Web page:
To make sure the new hospital truly responds to the needs of families, FKP Architects worked closely with the Le Bonheur's Family Partners' Council and Teen Advisory Council. As a result, many family-friendly touches were incorporated throughout the building. It features a mini movie theater that shows films on public release dates, providing family members and recovering patients a chance to chill out. Playroom and family spaces on every floor give parents the opportunity to spend quality time with their child. A family training center provides new parents with the skills they need to care for their children before leaving the hospital.

Since the hospital is built for children and families, the facility is filled with artwork by local children. About half of the displays are interactive in order to allow children hands-on experience with the art. Art contributors ranged from local children to nationally recognized artists. Art was also used as a tool for fund-raising, as donations were made to underwrite art that would remain in the hospital.

Keeping it green

The lush landscaping at the hospital entrance underlines the fact that Le Bonheur will be one of a few LEED Silver certified children's hospitals in the United States (certification is pending). In addition to energy-efficient construction and low-VOC products-sealants, paints, and carpets that promote indoor air quality-the space was designed to make maximum use of daylighting opportunities, as natural light plays an integral role in patient health. Low-level interactive lighting also reduces power consumption and helped with vision enhancement for workers on site during construction. The hospital's exterior features light-colored roofing material and low-E window film to reduce solar heat gain. Other sustainable elements include HVAC systems designed for maximum efficiency and reuse and recovery of energy. A modular central energy plant, one of the first of its kind in the United States designed by Johnson Controls, saves energy and space, and provides for future expansion.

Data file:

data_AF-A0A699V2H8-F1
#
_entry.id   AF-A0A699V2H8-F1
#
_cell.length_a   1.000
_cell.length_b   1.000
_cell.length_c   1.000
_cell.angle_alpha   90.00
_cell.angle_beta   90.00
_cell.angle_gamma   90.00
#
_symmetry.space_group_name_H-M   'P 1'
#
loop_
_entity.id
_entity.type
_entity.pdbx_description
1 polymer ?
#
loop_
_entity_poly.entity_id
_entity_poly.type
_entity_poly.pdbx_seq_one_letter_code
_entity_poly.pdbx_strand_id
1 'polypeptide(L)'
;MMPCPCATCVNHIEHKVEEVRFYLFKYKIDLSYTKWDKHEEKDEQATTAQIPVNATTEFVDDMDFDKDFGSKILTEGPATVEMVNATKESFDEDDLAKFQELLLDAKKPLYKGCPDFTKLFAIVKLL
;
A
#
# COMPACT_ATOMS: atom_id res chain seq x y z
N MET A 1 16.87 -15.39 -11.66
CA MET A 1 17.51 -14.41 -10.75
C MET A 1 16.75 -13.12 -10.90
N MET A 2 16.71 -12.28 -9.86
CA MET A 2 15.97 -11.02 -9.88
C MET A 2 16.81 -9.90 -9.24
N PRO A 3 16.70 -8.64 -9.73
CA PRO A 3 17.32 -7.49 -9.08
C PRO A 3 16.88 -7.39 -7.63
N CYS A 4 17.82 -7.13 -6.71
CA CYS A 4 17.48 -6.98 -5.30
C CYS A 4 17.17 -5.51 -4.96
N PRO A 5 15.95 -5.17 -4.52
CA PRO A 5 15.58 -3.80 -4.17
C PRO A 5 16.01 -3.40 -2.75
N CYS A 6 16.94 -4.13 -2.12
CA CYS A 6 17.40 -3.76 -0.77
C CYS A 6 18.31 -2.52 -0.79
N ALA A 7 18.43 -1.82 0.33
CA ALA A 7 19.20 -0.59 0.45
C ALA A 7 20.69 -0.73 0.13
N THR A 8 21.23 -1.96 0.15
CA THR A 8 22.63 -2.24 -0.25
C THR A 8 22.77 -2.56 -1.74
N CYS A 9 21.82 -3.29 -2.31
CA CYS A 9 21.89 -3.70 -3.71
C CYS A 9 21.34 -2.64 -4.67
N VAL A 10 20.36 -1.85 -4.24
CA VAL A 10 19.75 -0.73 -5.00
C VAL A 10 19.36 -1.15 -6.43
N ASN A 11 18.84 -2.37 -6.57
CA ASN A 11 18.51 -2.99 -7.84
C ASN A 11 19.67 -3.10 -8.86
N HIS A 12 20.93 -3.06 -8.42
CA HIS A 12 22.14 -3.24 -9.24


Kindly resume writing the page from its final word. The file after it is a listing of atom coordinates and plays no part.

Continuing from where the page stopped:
Now that the new facility is complete, Le Bonheur Children's Hospital, with its 1-million-square-foot campus, is one of the most technologically advanced hospitals in the world. The state-of-the-art facility is expected to serve the community for the next 50 years. According to President and CEO Meri Armour, MSN/MBA, “Our physicians and staff provide excellent care to our patients. This new hospital allows Le Bonheur to continue to advocate for children for years to come.” HCD

Lighthouse on the construction site

Construction of the new Le Bonheur Children's Hospital is not only benefitting the children who are being treated there. It also has provided valuable career opportunities for members of the Lighthouse Missions Ministries' Nehemiah Program. Its vice president, Pastor Christopher Coates, approached Skanska and convinced local management to give recovering drug addicts a chance to both gain confidence in themselves and prove their sense of responsibility by taking on temporary work assignments on the construction site.

One member, Randy Avery, used that opportunity to complete his 30-hour Occupational Safety and Health Administration training. Skanska staff members volunteered weekend time to offer the training, graduating 14 people from the program. This qualification, as well as hands-on work experience, has provided program participants with an important edge in today's highly competitive labor market. Avery is one example. He recently started a job with a local plumbing company.

Mike Rayburn is a Project Executive with Skanska USA in Memphis, Tennessee. Skanska served as construction manager on the Le Bonheur project. Healthcare Design 2011 March;11(3):46-50